Romeo + Juliet Review

“Did my heart love ’til now? Forswear its sight. For I never saw true beauty ’til this night.” In 1996, Baz Luhrmann attempted to do the impossible with his film Romeo + Juliet. He attempted to take William Shakespeare’s epic drama Romeo & Juliet and convert it into a modern tale. What’s so impossible about that? He wanted to use a relatively unknown cast, Titanic hadn’t been released yet, and what’s even more astounding, all the dialogue from the movie is from the original Shakespeare play.

We all know the story of Romeo & Juliet, so I won’t go into too much detail about the plot because it sticks pretty much to the Shakespeare play, from what I remember from high school. Two competing families, the Montagues and the Capulets, Romeo played by Leonardo DiCaprio is a Montague and Juliet, played by Claire Danes is a Capulet. They meet at a party and fall in love.

The movie does a very good job of nailing the memorable moments of the story, while making them different at the same time. For instance, in the scene where Romeo is trying to talk to Juliet at her second-story window, she appears in the doorway and begins walking outside while he’s climbing up to the balcony. Thus, you get the same effect, as the original story had, so you can use the same dialogue. He knows she’s there so when she starts talking about being a Capulet and he being Montague, he says, “Shall I hear more, or shall I speak at this?” It worked well and wasn’t something I was expecting.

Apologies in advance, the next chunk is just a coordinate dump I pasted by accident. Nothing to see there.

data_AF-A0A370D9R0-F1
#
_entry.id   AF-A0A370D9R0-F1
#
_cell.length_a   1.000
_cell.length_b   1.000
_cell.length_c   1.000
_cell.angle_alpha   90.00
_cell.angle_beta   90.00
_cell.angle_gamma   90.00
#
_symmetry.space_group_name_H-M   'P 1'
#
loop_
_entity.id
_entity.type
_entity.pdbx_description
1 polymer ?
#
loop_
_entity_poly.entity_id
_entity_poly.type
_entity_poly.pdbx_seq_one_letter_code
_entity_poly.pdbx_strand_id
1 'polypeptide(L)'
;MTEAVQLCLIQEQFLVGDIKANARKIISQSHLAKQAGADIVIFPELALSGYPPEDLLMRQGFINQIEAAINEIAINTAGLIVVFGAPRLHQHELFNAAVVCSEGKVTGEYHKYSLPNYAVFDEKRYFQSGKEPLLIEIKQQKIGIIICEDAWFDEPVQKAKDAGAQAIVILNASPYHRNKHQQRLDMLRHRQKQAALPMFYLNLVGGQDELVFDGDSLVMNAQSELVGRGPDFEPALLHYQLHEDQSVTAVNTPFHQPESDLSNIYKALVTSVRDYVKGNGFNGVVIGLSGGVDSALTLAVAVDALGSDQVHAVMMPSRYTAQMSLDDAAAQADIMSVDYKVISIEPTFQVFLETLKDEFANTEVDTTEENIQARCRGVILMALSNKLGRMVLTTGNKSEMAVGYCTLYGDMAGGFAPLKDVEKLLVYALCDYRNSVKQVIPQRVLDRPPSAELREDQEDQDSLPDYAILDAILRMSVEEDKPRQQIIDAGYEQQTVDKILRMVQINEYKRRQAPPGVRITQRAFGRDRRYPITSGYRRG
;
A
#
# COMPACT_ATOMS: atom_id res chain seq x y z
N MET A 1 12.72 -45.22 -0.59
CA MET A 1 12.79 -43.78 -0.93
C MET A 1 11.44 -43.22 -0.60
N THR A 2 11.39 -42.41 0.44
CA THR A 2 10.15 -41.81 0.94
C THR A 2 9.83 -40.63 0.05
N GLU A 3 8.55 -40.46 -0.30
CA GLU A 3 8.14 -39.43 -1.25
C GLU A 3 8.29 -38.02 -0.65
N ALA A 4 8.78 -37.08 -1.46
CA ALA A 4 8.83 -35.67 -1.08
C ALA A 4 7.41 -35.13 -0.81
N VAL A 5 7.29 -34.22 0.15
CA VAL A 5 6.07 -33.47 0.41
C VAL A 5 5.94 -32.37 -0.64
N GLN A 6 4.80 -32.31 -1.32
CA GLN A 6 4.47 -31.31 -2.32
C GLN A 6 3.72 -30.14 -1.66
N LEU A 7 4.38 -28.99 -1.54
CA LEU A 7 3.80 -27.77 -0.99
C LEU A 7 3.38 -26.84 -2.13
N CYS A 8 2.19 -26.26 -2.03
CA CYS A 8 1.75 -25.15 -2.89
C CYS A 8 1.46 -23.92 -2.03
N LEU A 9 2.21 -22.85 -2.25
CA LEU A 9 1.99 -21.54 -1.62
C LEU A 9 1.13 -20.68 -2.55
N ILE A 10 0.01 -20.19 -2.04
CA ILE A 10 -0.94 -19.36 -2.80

As for the Shakespearean dialogue, it does get a bit distracting and a little difficult when you have an argument going on between the two gangs and they are yelling quickly. It’s like you need subtitles to understand what they are saying. Or maybe the point is that they just don’t like each other and they are going to shoot each other.

The real beauty comes in the scenes between DiCaprio and Danes. Maybe it helps because you recognize some of the dialogue and you don’t feel like you’re trying to catch up to what they are saying. However, even when I heard some things I didn’t remember from high school, they were still beautiful and can resonate with any audience and from any time period. “My only love sprung from my only hate! Too early seen unknown, and known too late! Prodigious birth of love it is to me that I must love a loathed enemy. ”

You have to respect Baz Luhrmann for going out on a limb here and trying something different, it’s looks like a Baz Luhrmann film. Very colorful, especially the party scenes and the fictional city it’s set in, Verona Beach, Florida is run down and it seems like it’s almost a futuristic version of Miami. In the end, it was an interesting take on an old tale and I don’t know that I’d say that I’m a Baz Luhrmann fan, but I’ll be checking out his other works in the lead up to The Great Gatsby this Christmas.

3/5 Stars

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